I lit my main subject (the mannequin with the product applied) with two LightStorm LS-1S lights shining through diffusion material on Chimera 48 inch ENG panels. The panels were set 45 degrees to each side and fairly close (about two and a half feet from the subject). This allowed me to move the actual lighting instruments back to make the light spread on the panels more even across the surface. When I wanted one light to take precedence in the lighting scheme I could bring that light in closer, creating a bright spot in the center of the panel fabric which made the light brighter overall and contrastier (since the size of the light relative to the subject becomes smaller). This gave me more control and quicker control that I would have had using an umbrella or soft box.

Finally, I used a small Aputure Amaran portable light panel just in front and below the camera position to provide fill into specific areas. This worked to help me control small shadows adjacent to the products without having to increase the overall illumination.

I used a Sony A7Rii on a very big Benro tripod for the photographs. I used it in its full on raw mode; 42 megapixels of uncompressed pixel happiness. This might seem to be overkill for a photograph destined for a catalogue or a small inset image in a brochure but the extra resolution and detail comes in handy when one is making finicky clipping paths.

I used the trusty and sharp, 70-200mm f4 G series zoom lens for nearly every shot. Its well controlled flare characteristics and high overall sharpness make it a perfect choice when you don't need a lot of close-in magnification or wide angle coverage. Every Sony shooter should consider this lens as part of their toolkit. Boring but close to perfect.

There were several shots that needed to be made with much higher magnification and in these cases I used the Rokinon 100mm f2.8 macro lens. On one shot which needed deep depth of field I stopped down to f16.5 and, on 100% examination, was pleased with the results!

I had three guests in the studio for the duration of the shoot. One was the product manager, one was the graphic designer for the company and the third was the advertising and marketing coordinator.

When I have guests in the studio I always make an effort to keep them happily hydrated and fed. We offered them five different kinds of energy bars, whole wheat croissants with the option of adding peanut butter and blueberry preserves, fresh apples and bananas as well as yogurt. Hell, if someone had come really hungry I would gladly have fired up the range and made them a pan of migas. Or huevos rancheros.

We have a big Keurig on the counter and lots of coffee brands to choose from. Sparkling water, sparking water with lime, and still water.

We have a guest share for the Wi-Fi network as well. It's great to work at the home base because I have all the tools and modifiers I'd ever want immediately at hand and, when we hit a spot where styling takes time, I can head into the house and check on Studio Dog.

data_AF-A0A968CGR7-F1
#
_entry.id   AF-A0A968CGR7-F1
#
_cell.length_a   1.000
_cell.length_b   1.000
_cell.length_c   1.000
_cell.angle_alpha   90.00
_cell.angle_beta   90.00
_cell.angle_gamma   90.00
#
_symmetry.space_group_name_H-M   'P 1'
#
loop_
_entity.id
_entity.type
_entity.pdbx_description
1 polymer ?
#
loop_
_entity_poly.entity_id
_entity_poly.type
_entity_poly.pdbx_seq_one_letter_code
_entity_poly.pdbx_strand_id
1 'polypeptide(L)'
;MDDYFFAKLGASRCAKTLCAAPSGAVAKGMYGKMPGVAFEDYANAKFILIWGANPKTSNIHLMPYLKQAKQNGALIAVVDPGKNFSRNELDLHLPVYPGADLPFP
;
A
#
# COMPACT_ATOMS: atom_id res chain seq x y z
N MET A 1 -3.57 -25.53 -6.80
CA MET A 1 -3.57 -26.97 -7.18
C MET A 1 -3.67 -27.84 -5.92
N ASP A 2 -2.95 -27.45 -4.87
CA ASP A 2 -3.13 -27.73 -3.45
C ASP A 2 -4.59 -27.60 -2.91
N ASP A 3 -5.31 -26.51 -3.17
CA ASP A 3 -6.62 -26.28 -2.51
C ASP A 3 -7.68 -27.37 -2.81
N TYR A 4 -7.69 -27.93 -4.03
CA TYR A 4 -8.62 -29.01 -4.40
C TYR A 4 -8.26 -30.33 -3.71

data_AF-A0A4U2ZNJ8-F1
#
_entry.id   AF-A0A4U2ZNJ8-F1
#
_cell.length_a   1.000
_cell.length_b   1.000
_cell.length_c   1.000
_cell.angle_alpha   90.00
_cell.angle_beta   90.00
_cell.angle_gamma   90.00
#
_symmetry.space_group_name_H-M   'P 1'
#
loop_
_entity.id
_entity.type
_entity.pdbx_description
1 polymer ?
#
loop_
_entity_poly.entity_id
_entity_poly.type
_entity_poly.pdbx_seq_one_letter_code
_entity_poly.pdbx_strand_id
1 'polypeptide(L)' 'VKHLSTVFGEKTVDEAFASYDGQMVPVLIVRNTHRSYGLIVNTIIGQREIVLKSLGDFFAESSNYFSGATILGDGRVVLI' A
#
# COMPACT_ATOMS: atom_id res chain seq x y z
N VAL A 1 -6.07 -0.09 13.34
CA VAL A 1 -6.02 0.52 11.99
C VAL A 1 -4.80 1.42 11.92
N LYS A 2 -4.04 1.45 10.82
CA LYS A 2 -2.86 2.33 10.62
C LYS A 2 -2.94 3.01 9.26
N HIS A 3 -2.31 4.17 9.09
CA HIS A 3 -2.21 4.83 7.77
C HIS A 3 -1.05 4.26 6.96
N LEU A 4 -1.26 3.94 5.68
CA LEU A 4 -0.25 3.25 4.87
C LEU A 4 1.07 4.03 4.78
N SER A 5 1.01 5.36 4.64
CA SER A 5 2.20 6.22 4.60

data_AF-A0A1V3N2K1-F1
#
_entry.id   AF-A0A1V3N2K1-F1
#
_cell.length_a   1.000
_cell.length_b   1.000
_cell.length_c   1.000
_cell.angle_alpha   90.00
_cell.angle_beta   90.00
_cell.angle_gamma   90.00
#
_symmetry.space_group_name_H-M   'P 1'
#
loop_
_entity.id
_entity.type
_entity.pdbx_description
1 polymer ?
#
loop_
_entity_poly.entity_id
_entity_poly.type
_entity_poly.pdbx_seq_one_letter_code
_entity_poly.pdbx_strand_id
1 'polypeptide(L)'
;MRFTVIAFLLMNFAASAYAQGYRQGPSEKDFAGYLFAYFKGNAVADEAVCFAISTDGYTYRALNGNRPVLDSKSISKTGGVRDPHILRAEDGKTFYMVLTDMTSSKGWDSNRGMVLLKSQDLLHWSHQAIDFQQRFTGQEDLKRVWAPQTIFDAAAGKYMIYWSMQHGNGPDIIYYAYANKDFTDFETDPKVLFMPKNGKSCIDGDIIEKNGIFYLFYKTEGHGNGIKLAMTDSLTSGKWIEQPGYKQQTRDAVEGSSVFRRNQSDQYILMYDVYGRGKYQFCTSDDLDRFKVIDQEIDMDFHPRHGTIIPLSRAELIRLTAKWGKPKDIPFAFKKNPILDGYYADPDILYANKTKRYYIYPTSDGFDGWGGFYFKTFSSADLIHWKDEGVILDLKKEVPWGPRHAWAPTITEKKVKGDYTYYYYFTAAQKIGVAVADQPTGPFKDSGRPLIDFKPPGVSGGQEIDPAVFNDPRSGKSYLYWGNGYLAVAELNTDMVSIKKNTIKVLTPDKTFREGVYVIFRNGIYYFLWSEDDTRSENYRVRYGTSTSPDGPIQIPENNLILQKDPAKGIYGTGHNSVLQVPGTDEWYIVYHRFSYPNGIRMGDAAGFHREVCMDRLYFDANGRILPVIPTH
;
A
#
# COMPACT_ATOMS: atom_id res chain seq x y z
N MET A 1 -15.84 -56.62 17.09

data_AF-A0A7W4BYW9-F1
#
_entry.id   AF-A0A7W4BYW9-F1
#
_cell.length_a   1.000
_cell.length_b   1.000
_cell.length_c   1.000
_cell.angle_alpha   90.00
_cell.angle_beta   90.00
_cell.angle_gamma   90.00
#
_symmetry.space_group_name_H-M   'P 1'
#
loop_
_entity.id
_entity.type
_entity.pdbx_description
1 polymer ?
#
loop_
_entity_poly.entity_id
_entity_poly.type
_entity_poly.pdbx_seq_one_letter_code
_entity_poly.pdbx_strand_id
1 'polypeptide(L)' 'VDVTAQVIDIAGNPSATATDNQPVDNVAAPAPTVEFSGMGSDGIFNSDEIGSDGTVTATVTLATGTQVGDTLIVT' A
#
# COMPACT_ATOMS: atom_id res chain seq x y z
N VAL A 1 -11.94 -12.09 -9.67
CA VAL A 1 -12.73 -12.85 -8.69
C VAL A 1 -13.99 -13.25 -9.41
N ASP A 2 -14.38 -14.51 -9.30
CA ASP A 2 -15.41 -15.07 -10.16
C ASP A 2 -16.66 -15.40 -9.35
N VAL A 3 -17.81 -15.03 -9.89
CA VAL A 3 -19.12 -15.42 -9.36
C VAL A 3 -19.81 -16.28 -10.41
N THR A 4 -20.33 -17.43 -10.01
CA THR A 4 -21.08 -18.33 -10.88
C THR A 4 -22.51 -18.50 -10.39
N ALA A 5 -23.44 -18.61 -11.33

But every once in a while the photo gods love to toss a wrench in the works. Just before hitting the rack last night I was washing some pots and pans in the kitchen and the sink began to back up. Wouldn't drain! I tried a plunger and boiling water and finally (grumbling) pulled on my shoes and headed to the grocery store to buy a bottle of Liquid Plumber. I followed the instructions and.....still no joy.

I let everything sit until this morning. I guess I was expecting that time and the Liquid Plumber would do the trick, if I was patient. I headed to the kitchen and the sink had drained. I tried running some water before turning on the dishwasher and creating a catastrophic emergency (you can see how tough life can be for us photographers....)

Still no joy as the sink filled up again and refused to drain.

Didn't much matter in the long run. We shot photographs. We made coffee. We ate croissants. We shot more photographs. The only thing different is that instead of rinsing coffee cups as we went along I had to round them all up after the shoot.

One thing I should mention that really helps in studio still life shoots is the use of a monitor tethered to the camera. I hate tethering to laptops or desktops. I want the screen close to the camera and moveable. I used a clamp on the tripod leg to hold a small (7 inch ) monitor a couple of inches to the left of the camera. This gave the product manager and graphic designer constant access to either the preview of the shot or a review of the shot. It made for an efficient feedback chain. I loved having the live histogram and all of the camera info right there on a bigger screen.

When we finished the shoot it was about 1:30pm. No one wanted to go back to work so we headed over to my favorite Chinese restaurant for a late lunch. Never a better time to get to know your clients better than over lunch.

When I got back home Studio Dog was waiting by the door and helped me decide which plumbing company to call. She must know her stuff because we had a plumber here in less than an hour and the sink is righteous once more. Old cast iron pipes. Some oxidation. Some clog somewhere.